2×10 on the cheap – my musings
10 speed chain will fit fine on a 9 speed sprocket (I’ve used a 10 speed chain on my mtb for a couple of rides in an emergency (well, that sounds dramatic – I was just waiting for a 9 speed one to arrive in the post and didn’t want to miss rides…)
PP – you’re right just with bigger jumps – I quite like the idea of having the closer ratios of 10 speed though.Posted 8 years agoflangeSubscriber
Why not go campag? 10 speed will be much cheaper then (although I saw some dura ace triggers at lunch and they’re lovely!). The only issue is then getting a shifter that’ll fit/work. I quite fancy getting some of those ‘return to centre’ style shifters that armstrong had on his tt bike and making thumb shifters out of them.Posted 8 years ago
Well since I use Campag on the road, I did think that but there are loads of problems – shifters (I like rapidfire), compatible hubs (though you can get Campag spaced cassettes for Shimano cassettes but they’re expensive). The flick shifters you’re talking about are SRAM…Posted 8 years agoflangeSubscriber
Yeah – i did mean to put SRAM but then they obviously wouldn’t work with the rear mech (when I say obvious, I mean ‘obvious to anyone bar me). And then there’s the hub issue which I hadn’t thought about at all. So you can completely disregard my previous post to be honest.
Glad I could help….Posted 8 years ago
OK, I know that 2×9 isn’t a new idea at all and technically 2×10 isn’t that different but the extra sprocket does mean that running a double up front rather than triple doesn’t mean having to lose a significant amount of gear range/having big jumps between gears and means less shifting at the front and more useable gears than a triple.
XX looks great and has had a lot of work go into it but it’s going to be silly money. I quite like the idea of 2×10 (having seen plenty of cross bikes do just fine with 10 speed in some horrible conditions without trouble) and I was wondering how easy it’d be to set up a 2×10 for mtbing without spending XX money or waiting for it to trickle down.
The obvious problem is a 10 speed shifter but quietly, Shimano already do this so that you can use road components with a flat bar for hybrids – there are Ultegra and Dura Ace level versions with the Ultegra one (R770) costing about £40 for a RH one alone.
The chain isn’t an issue as road ones are basically the same as mtb ones.
Then the ratios.
XX is due to have a 11-36 cassette to give a similar gear range to a triple with a more racy 11-32 option also available but the range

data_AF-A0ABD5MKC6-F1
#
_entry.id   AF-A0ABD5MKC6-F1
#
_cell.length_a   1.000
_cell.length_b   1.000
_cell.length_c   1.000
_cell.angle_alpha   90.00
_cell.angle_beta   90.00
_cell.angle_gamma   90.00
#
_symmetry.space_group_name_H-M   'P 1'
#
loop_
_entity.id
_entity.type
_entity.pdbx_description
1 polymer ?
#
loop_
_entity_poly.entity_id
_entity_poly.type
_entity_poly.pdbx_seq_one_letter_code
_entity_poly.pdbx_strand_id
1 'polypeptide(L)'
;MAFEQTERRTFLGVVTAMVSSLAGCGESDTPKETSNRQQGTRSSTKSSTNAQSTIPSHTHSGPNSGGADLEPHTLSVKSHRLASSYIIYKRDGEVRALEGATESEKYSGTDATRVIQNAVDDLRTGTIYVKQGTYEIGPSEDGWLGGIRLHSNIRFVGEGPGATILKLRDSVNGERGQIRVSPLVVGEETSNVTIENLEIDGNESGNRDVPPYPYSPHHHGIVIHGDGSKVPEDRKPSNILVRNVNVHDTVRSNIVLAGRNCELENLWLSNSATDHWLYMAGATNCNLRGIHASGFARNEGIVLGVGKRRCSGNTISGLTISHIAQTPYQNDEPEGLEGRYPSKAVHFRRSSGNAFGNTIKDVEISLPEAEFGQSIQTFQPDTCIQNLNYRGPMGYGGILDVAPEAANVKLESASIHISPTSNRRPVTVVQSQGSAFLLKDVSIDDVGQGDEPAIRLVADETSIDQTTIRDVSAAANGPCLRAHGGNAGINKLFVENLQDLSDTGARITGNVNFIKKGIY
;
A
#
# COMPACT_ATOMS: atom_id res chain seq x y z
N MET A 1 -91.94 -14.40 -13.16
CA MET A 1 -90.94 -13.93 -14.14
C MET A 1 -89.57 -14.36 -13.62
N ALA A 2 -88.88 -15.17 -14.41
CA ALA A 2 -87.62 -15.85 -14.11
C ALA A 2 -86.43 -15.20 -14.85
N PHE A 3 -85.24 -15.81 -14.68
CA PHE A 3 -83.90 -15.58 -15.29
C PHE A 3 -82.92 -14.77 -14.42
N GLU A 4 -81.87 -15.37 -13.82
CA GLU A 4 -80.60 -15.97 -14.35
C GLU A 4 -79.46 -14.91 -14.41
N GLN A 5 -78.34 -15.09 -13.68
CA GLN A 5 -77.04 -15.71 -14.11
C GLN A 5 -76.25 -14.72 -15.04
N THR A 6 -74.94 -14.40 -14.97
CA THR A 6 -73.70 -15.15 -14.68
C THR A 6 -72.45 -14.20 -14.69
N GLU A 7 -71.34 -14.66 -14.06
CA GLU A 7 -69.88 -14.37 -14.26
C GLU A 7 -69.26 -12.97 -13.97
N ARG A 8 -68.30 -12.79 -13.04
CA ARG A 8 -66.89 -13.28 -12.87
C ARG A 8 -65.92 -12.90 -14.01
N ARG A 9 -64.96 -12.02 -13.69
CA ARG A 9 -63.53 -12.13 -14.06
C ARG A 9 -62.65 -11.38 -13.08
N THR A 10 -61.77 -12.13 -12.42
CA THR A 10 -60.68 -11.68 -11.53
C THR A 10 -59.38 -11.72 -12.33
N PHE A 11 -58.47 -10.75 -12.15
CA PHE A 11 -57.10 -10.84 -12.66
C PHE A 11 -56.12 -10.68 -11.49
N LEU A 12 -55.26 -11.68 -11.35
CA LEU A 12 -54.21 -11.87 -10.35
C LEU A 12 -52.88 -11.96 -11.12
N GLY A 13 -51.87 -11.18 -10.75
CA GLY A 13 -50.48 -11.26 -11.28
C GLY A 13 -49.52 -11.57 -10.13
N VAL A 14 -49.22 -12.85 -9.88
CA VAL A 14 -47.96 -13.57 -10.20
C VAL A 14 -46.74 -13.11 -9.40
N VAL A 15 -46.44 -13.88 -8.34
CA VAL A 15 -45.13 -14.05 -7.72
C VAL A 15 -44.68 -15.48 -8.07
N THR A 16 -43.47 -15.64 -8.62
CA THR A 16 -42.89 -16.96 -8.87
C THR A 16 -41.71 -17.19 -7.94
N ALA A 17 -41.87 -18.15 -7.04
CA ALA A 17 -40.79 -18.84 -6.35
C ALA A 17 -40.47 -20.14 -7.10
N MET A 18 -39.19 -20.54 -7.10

They also suggest having front rings in the ration 1:1.5 as this gives the most shifting windows (basically every second tooth on the smaller ring matches the third tooth on the bigger ring). It’s hard to say if this has a significant benefit but it seems logical and I’ll be interested to try. Ratios they’re going to do are 26/39, 28/42, 30/45
So, I’ve been thinking of 24/36 for chainrings (a bit smaller than XX for reasons of the cassette as discussed below but easy enough to get hold of and I reckon a steel 24 will last fine).
For the cassette, it’s a bit more of a faff. Though you can buy 11-32 10 speed cassettes (IRD do one), they’re really expensive. There aren’t currently any cassettes with a 36 out there though I believe that next year, there will be one designed for 29ers though it’s only 9 speed.
A much cheaper solution is to buy a 11-28 10 speed road cassette (£40ish), split it, remove one sprocket (the 12) and then add in the top 32 tooth sprocket from a 9 speed mtb cassette (plenty of people have these in good condition on a worn cassette). Job done.
So, for comparison, the ranges of various setups:
standard 22/32/44 triple with 11-32 cassette: 0.69 to 4.00
XX 26/39 with 11-34 cassette: 0.72 to 3.55 (losing the very top gear from a std setup)
My setup above – 24/36 with 11-32 cassette: 0.75 to 3.27 (losing approx the top two gears from a std setup)
Just my musings and I can’t really decide if it’s worth it though if I did have a bike with a knackered drivetrain I’d be very tempted to try.Posted 8 years agoourmaninthenorthSubscriber
Clubber – some 10sp cassettes cab be taken apart, so you could shuffle round the ratios that way without losing the lowermost sprocket for the lockring to bite onto.
I rather like your thinking – I love 10 sp on the road – but I’m not sure there’s going to be that much benefit with an MTB sprocket because, whatever you do, there will always be sizeable jumps between ratios, especially at the lower end of the gearing.
And, one of the great advantages on the road is a short mech, which you just can’t do with large range MTB cassettes (unless a 36 “big” ring permits). For me, the only real advantage is the replacement of the outer ring of a triple with a bash guard. Otherwise, nothing really changes that much.Posted 8 years ago
You’d also need to buy a new 12t sprocket, the lockring won’t ‘bite’ against the second smallest sprocket, and using a 32t sprocket off a 9 speed cassette probably wouldn’t work too well either, with spacing issues and what not.
Not quite right. First I wasn’t actually suggesting getting rid of the smallest sprocket but rather the one that’s usually one up from that (eg the 12 on most cassettes with an 11 as the smallest). Second, if the second smallest sprocket is a 12, it’s usually the same as the 12 tooth sprocket on a cassette which has a 12 as the smallest sprocket and as such will take a lockring.
As for spacing, you can easily get hold of a 10 speed spacer or just gently sand down a 9 speed one. A 9 speed sprocket does actually work with a 10 speed chain as I mentioned above.
Anyway, just an idea really. Not sure if I’d actually go with it. May even try PP’s idea with 9 speed.Posted 8 years ago
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